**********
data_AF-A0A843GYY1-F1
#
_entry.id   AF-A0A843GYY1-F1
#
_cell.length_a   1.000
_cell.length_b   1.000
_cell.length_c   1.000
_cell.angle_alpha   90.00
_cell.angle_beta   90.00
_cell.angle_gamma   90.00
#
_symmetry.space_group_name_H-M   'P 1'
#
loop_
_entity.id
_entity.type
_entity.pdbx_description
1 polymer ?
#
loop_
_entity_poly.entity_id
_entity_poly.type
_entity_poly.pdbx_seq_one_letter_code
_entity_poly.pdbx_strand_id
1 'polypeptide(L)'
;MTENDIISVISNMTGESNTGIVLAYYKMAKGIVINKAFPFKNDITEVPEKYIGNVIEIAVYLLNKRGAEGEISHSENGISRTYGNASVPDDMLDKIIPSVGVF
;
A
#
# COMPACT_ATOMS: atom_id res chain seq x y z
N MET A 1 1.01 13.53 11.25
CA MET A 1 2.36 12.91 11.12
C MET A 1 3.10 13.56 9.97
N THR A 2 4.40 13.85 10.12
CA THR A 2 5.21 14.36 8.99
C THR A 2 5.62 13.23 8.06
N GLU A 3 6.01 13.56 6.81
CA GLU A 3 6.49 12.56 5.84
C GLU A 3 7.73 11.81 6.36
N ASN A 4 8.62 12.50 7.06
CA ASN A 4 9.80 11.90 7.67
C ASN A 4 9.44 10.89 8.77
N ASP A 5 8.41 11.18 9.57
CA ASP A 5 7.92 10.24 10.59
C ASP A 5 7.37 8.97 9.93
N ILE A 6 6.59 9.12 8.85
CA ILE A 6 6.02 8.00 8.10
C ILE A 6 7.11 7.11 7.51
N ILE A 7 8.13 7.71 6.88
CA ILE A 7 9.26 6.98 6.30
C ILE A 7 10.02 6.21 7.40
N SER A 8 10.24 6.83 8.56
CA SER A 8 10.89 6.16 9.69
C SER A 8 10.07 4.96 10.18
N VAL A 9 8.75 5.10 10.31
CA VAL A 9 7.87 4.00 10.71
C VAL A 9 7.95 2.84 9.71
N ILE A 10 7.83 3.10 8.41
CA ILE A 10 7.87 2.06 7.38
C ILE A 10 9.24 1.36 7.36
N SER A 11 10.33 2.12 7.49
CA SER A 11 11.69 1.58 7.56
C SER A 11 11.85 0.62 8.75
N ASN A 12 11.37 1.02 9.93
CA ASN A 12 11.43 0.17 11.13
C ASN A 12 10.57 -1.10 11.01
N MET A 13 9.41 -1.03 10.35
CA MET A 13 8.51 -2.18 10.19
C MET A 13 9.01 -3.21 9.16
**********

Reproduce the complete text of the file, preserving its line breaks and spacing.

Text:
data_AF-A0A843GYY1-F1
#
_entry.id   AF-A0A843GYY1-F1
#
_cell.length_a   1.000
_cell.length_b   1.000
_cell.length_c   1.000
_cell.angle_alpha   90.00
_cell.angle_beta   90.00
_cell.angle_gamma   90.00
#
_symmetry.space_group_name_H-M   'P 1'
#
loop_
_entity.id
_entity.type
_entity.pdbx_description
1 polymer ?
#
loop_
_entity_poly.entity_id
_entity_poly.type
_entity_poly.pdbx_seq_one_letter_code
_entity_poly.pdbx_strand_id
1 'polypeptide(L)'
;MTENDIISVISNMTGESNTGIVLAYYKMAKGIVINKAFPFKNDITEVPEKYIGNVIEIAVYLLNKRGAEGEISHSENGISRTYGNASVPDDMLDKIIPSVGVF
;
A
#
# COMPACT_ATOMS: atom_id res chain seq x y z
N MET A 1 1.01 13.53 11.25
CA MET A 1 2.36 12.91 11.12
C MET A 1 3.10 13.56 9.97
N THR A 2 4.40 13.85 10.12
CA THR A 2 5.21 14.36 8.99
C THR A 2 5.62 13.23 8.06
N GLU A 3 6.01 13.56 6.81
CA GLU A 3 6.49 12.56 5.84
C GLU A 3 7.73 11.81 6.36
N ASN A 4 8.62 12.50 7.06
CA ASN A 4 9.80 11.90 7.67
C ASN A 4 9.44 10.89 8.77
N ASP A 5 8.41 11.18 9.57
CA ASP A 5 7.92 10.24 10.59
C ASP A 5 7.37 8.97 9.93
N ILE A 6 6.59 9.12 8.85
CA ILE A 6 6.02 8.00 8.10
C ILE A 6 7.11 7.11 7.51
N ILE A 7 8.13 7.71 6.88
CA ILE A 7 9.26 6.98 6.30
C ILE A 7 10.02 6.21 7.40
N SER A 8 10.24 6.83 8.56
CA SER A 8 10.89 6.16 9.69
C SER A 8 10.07 4.96 10.18
N VAL A 9 8.75 5.10 10.31
CA VAL A 9 7.87 4.00 10.71
C VAL A 9 7.95 2.84 9.71
N ILE A 10 7.83 3.10 8.41
CA ILE A 10 7.87 2.06 7.38
C ILE A 10 9.24 1.36 7.36
N SER A 11 10.33 2.12 7.49
CA SER A 11 11.69 1.58 7.56
C SER A 11 11.85 0.62 8.75
N ASN A 12 11.37 1.02 9.93
CA ASN A 12 11.43 0.17 11.13
C ASN A 12 10.57 -1.10 11.01
N MET A 13 9.41 -1.03 10.35
CA MET A 13 8.51 -2.18 10.19
C MET A 13 9.01 -3.21 9.16